Since my climb of Colchuck's NE Face I have been resting an injury and focusing on organizing an up coming trip to the Alaska Range. That said, I haven't been able to resist a little bit of upward movement.
Nearly a month ago, Dan and I tried a fantastic route on Comet Spire, an orange sentinel north of Prusik Peak. The route, which I had scoped a week earlier with Cole Allen, reminded me of Patagonia, ice running up a steep tower to an airy perch. We approached on larch studded snow slopes and laughed our way up a 400 foot stretch of AI3, shooting for a runnel that broke the final buttress. The sun warmed my body but the cold in the breeze stung my face. The day was perfect. Then, a snowfield high above us slid, swiping powerfully through where we had climbed only moments before.
Comet Spire from Snow Lakes
Our perfect day became quite intimidating and we safely bailed down a protected rock buttress with no issues. Although we didn't summit, winter climbing on the opposite side of the range for a change was inspiring and eye opening. I can't wait to go back.
Beautiful climbing on the East Face of Comet Spire
Since then I have powered down into an even chiller mode, mostly working and resting, but...
The past few years I have found myself wandering the Snow Creek Valley, mostly alone, chasing elusive pieces of blue I see through the winter snow. Each glimpse of ice leads me to the next. Those quiet wanderings help me gather my thoughts and keep me fit for real objectives. Ice climbing in Washington does not show itself easily. Endless searching yields a seemingly limited outcome, but then you spot a runnel up a tower or a rock face with just enough ice and protection to scratch up. Finally, the lines are starting to add up and more beckon around the corner. The past few weeks we found a fun 900 foot M5 up a rock buttress, climbed a tough mixed route and stumbled on the crag of our future winter...now it's time to rock climb (and go to Alaska in May!).
The Millennium Tower
Snice runnel on M-Tower
Tuesday, March 8, 2011
This past weekend, local mountain enthusiast Dan Zimmerman was killed in an avalanche on the rolling flanks of Mt. Cashmere. Dan and I were only long time acquaintances, but we did share a common passion for the peaks and valleys of the Stuart Range. While Dan shredded down mountains, I clawed up them. We ran into each other often in the Icicle, always translating shared condition reports into our respective dialects of climber and skier. Dan wanted white smoke and I wanted blue ice. We both wanted days high in the alpine with our friends.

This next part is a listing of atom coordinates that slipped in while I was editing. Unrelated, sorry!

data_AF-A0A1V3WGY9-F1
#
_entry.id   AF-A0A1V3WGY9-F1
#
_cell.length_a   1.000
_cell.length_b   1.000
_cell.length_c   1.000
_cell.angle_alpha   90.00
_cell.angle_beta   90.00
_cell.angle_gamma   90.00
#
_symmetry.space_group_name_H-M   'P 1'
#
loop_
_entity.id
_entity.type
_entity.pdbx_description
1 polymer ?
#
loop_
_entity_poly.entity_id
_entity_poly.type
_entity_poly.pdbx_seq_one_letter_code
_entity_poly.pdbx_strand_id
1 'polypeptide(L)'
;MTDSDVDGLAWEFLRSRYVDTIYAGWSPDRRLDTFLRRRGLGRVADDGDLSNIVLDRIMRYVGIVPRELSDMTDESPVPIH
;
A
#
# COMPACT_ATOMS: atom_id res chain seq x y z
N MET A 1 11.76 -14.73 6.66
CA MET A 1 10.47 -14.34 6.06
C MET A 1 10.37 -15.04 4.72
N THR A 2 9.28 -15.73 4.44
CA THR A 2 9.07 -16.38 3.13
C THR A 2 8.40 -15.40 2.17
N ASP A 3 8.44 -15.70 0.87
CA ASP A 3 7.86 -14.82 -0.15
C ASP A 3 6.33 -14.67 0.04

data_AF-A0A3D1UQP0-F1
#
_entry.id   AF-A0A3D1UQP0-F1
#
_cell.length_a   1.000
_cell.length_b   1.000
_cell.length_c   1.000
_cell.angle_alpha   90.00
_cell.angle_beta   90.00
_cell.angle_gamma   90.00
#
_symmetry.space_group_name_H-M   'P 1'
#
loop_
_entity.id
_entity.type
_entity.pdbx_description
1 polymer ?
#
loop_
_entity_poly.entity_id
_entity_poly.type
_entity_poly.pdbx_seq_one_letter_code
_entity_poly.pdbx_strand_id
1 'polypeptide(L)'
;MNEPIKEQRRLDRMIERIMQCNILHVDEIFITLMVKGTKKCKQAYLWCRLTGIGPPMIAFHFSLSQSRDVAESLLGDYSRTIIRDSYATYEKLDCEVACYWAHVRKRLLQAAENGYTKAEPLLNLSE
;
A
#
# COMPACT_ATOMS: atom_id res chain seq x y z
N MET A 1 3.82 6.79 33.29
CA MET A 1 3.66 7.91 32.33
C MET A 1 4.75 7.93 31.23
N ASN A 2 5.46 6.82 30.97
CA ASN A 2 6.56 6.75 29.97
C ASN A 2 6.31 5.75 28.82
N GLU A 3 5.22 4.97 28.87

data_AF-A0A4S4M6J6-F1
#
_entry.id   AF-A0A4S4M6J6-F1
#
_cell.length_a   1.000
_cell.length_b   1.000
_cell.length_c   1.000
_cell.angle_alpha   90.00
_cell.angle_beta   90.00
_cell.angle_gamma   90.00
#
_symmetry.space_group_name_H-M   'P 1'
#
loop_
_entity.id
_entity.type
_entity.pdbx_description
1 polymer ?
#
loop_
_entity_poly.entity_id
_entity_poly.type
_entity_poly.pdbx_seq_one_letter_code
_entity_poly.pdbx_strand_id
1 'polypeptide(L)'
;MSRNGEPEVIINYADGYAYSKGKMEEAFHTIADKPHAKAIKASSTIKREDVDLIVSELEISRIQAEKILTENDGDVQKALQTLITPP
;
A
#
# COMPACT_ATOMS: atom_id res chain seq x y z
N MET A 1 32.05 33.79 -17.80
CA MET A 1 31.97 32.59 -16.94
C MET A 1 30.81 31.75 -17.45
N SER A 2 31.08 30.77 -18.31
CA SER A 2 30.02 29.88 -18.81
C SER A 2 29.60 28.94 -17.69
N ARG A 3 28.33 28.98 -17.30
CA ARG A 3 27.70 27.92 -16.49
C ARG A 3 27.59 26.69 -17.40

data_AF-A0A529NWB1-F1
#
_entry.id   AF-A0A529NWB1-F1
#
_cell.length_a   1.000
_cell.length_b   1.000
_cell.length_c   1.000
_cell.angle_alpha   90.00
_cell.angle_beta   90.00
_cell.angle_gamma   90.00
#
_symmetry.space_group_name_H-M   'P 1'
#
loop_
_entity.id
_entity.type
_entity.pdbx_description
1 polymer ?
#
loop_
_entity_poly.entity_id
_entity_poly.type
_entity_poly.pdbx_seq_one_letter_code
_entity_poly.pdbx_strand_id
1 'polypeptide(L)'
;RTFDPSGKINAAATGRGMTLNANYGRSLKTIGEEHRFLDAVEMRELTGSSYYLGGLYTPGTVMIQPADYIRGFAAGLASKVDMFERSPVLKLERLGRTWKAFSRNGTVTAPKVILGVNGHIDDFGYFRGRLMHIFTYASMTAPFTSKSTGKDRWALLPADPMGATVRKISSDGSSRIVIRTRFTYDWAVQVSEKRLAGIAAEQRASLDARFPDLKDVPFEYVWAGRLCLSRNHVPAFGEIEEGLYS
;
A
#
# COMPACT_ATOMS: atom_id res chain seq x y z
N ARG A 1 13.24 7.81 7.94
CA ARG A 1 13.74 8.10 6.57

My canyon wanderings the past few days have been quiet and reflective. Dan's spirit has moved on, softly blowing through the pines, down the rushing river, and up into the rimed peaks. The Icicle won't be the same without him.
A finger injury has kept me resting the past few weeks. Although I can't crank on the rock right now, I can swing a tool, so I have been prowling the cold corners of the Icicle for thin ice and mixed routes. Yesterday, I followed a thin runnel up a rock face, into a corner and over a scratchy roof, establishing a fun 100 foot M5 R pitch. Located above the Snow Creek trail, this line defines the "here today, gone tomorrow" nature of ephemeral ice lines. Five days ago it wasn't there and now it's on the way out.
It's not an incredible effort or a climb of any importance, but to me it will always be known as Dan's Drip. Life, like ice, is so fragile and temporary. When a climb melts out we don't forget the line. When someone moves from this life to the next we remember them forever. RIP Dan.